Dororo (2019) Review

This is review number four hundred and fifty eight. This anime is part of the Winter 2019 lineup, and it’s called Dororo. It’s an anime about a fifty five year old manga. Isn’t that something? Let’s read on.

Story

Hyakkimaru goes on a journey to retrieve his lost body parts stolen by demons. As he regains them, he soon realize he was sacrificed for something bigger and there are people that benefits on his sacrifice. He didn’t choose to be sacrificed though, and he would see the world crumble just to retrieve what is originally his.

Taking the Pants Off

So here’s a fun fact about this anime: the manga was fifty two years old when the anime adaptation came out. I believe this was a trend where studios adapt very old manga and breathe new life to it. I’m a fan of this trend, because Parasyte the Maxim is one of my favorite anime and the adaptation was a lot more impactful than the manga. Dororo is the exact same thing. They took the manga, internalized everything about it, and then completely overhauled it. I saw a few pages of the original source, and I had to stop. 60s manga just isn’t for me, and that’s fine. The 2019 adaptation looks nothing like the manga though. It’s darker, serious and a lot more depressing than anything you’d get back in the 60s. I’m honestly surprised how much was overhauled. Parasyte still kinda respected the original source and just updated some minor points like replacing the school jock bully with a 2010s emo bully. Dororo changed so much, from its presentation to its updated visuals. The manga was seemingly eaten by twelve demons – or forty eight if you stuck to the manga – and a sleeker version came after. Here’s another fun fact about the manga though, it’s by Osamu Tezuka. Yknow, Astroboy and sh*t.

The Father of Manga

This is the dude that worked so hard in his life, his final words were “let me work”. I’ll be completely honest: I’m not a fan of Tezuka. I understand how ground breaking his work was and how influential he is, but he lived in a different era than me. His works aren’t exactly timeless and it turns me off. I won’t deny how impactful he is though as a creator. He did so much and influenced so many. A lot of future mangakas watched Astroboy in black and white vowing to make something cool like that as well. Hell, the guy created the ecchi genre with another of his title. I think I reviewed it before, and I absolutely hated it. Back when Tezuka was a mangaka, the medium was still heavily influenced by western elements so reading his works remind me of Popeye with how bulky his design is and how his comedy is out of place. As I said, his works feels outdated now. I think the only Tezuka work I ever liked is Black Jack, because it does highlight how influential of an author Tezuka is. Black Jack’s sidekick is a psychic tumor given a doll’s body. Osamu Tezuka had incredible ideas, but he was a product of his time. Early anime was heavily influenced by the west as well, and I think Tezuka was among the individuals that eventually helped the industry try to find an identity outside what Disney was doing. I’m basically making a long rambling paragraph about this dude, because I do remember the last Tezuka anime I watched. I didn’t like it, and I shudder to think what I would feel if Dororo actually stuck to what Tezuka presented. The manga had this scene:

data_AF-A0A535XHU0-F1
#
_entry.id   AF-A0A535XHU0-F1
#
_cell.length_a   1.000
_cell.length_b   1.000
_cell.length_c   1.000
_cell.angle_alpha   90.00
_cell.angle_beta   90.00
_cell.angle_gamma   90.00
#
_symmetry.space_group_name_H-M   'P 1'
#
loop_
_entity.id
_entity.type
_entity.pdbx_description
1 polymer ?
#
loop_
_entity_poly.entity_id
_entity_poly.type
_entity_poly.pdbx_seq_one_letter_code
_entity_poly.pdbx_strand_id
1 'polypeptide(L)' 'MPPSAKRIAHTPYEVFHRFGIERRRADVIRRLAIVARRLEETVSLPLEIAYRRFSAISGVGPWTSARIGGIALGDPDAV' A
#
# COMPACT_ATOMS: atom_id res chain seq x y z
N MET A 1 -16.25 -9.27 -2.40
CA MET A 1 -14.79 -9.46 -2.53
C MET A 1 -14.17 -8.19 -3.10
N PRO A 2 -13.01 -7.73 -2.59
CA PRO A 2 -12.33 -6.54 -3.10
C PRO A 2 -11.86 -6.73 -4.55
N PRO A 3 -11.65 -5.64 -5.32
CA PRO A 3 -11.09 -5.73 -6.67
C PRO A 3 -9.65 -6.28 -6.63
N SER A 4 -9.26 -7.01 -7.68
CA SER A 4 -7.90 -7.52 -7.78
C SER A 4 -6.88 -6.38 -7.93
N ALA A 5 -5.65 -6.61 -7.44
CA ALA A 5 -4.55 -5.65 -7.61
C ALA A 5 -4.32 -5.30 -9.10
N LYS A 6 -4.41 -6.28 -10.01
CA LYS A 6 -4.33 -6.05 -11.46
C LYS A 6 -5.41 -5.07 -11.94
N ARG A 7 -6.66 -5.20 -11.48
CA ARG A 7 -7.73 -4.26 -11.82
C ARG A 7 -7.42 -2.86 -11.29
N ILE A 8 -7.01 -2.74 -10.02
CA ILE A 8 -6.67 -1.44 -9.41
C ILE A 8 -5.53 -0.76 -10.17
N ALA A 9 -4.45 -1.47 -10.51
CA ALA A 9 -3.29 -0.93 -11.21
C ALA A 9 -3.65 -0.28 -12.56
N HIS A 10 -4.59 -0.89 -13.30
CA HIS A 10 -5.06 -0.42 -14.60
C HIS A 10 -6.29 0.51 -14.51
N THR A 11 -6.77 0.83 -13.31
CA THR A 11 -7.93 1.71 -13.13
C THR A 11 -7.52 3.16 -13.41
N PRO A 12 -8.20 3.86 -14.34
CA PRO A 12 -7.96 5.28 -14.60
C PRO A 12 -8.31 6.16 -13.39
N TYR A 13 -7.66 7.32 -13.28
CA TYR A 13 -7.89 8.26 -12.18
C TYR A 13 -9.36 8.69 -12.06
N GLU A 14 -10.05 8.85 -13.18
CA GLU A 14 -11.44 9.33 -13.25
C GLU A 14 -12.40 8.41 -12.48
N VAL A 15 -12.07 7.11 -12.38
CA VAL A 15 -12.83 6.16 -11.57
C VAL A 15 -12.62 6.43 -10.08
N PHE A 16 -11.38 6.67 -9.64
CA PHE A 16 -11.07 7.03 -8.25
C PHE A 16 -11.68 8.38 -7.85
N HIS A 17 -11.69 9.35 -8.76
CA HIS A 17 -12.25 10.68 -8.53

I stopped reading afterwards. Was this misplaced comedy in the anime as well? After all, we need to respect the original source. That’s really the fun part. Osamu Tezuka’s influence was barely felt in the anime. Honestly, I didn’t sense anything he did when watching the anime. It was a complete restart. They built the same story, with the sane characters, from the ground up and the result is absolutely phenomenal. Let’s talk Dororo.

No Longer Human

The show has a very basic premise. It follows a dude named Hyakkimaru that goes around slaying demons. Big deal, right? Except this dude was born with no eyes, ears, arms, legs, and any other good parts. Essentially, he isn’t human at all. At the start of the series, a feudal lord named Daigo Kagemitsu prays to a bunch of demons to help him protect his land. They agreed, but it comes with a price. They went ahead and ate his son. Daigo doesn’t care, because he can make a new baby with his wife. The demon child was sent away to die, except he didn’t die. He lived and now he has two swords where his arm is supposed to be, and he goes around slaying demons now. Here is the kicker: every time he kills a demon, a part of him returns that was eaten by the demons before. Hyakkimaru is now on a quest to retrieve his body, but breaking the deal means losing the protection of the land. As he tries to take what is his, the demons are also backing out of their deal. It will get ugly, but can you blame Hyakkimaru for taking back what’s his?